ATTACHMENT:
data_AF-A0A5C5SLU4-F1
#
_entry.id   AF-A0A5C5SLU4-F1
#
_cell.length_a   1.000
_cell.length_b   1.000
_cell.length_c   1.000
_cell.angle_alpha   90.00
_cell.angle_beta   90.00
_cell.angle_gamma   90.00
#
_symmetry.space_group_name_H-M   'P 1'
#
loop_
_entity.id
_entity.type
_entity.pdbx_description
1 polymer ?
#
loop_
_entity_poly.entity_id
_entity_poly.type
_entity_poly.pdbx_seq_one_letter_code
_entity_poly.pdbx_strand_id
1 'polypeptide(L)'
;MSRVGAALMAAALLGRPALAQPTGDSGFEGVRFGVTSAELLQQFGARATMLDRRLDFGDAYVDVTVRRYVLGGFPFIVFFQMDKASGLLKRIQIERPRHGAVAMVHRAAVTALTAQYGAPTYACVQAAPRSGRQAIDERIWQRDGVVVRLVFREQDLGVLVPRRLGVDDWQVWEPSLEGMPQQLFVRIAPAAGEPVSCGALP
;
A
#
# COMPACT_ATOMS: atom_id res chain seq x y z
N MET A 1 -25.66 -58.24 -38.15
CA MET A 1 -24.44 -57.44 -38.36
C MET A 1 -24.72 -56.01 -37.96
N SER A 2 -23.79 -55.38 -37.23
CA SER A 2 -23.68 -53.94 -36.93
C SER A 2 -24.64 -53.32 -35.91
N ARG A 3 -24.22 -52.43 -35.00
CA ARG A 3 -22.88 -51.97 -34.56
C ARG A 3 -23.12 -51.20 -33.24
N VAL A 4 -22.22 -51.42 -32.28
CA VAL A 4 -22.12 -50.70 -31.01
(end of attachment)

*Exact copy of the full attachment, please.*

data_AF-A0A5C5SLU4-F1
#
_entry.id   AF-A0A5C5SLU4-F1
#
_cell.length_a   1.000
_cell.length_b   1.000
_cell.length_c   1.000
_cell.angle_alpha   90.00
_cell.angle_beta   90.00
_cell.angle_gamma   90.00
#
_symmetry.space_group_name_H-M   'P 1'
#
loop_
_entity.id
_entity.type
_entity.pdbx_description
1 polymer ?
#
loop_
_entity_poly.entity_id
_entity_poly.type
_entity_poly.pdbx_seq_one_letter_code
_entity_poly.pdbx_strand_id
1 'polypeptide(L)'
;MSRVGAALMAAALLGRPALAQPTGDSGFEGVRFGVTSAELLQQFGARATMLDRRLDFGDAYVDVTVRRYVLGGFPFIVFFQMDKASGLLKRIQIERPRHGAVAMVHRAAVTALTAQYGAPTYACVQAAPRSGRQAIDERIWQRDGVVVRLVFREQDLGVLVPRRLGVDDWQVWEPSLEGMPQQLFVRIAPAAGEPVSCGALP
;
A
#
# COMPACT_ATOMS: atom_id res chain seq x y z
N MET A 1 -25.66 -58.24 -38.15
CA MET A 1 -24.44 -57.44 -38.36
C MET A 1 -24.72 -56.01 -37.96
N SER A 2 -23.79 -55.38 -37.23
CA SER A 2 -23.68 -53.94 -36.93
C SER A 2 -24.64 -53.32 -35.91
N ARG A 3 -24.22 -52.43 -35.00
CA ARG A 3 -22.88 -51.97 -34.56
C ARG A 3 -23.12 -51.20 -33.24
N VAL A 4 -22.22 -51.42 -32.28
CA VAL A 4 -22.12 -50.70 -31.01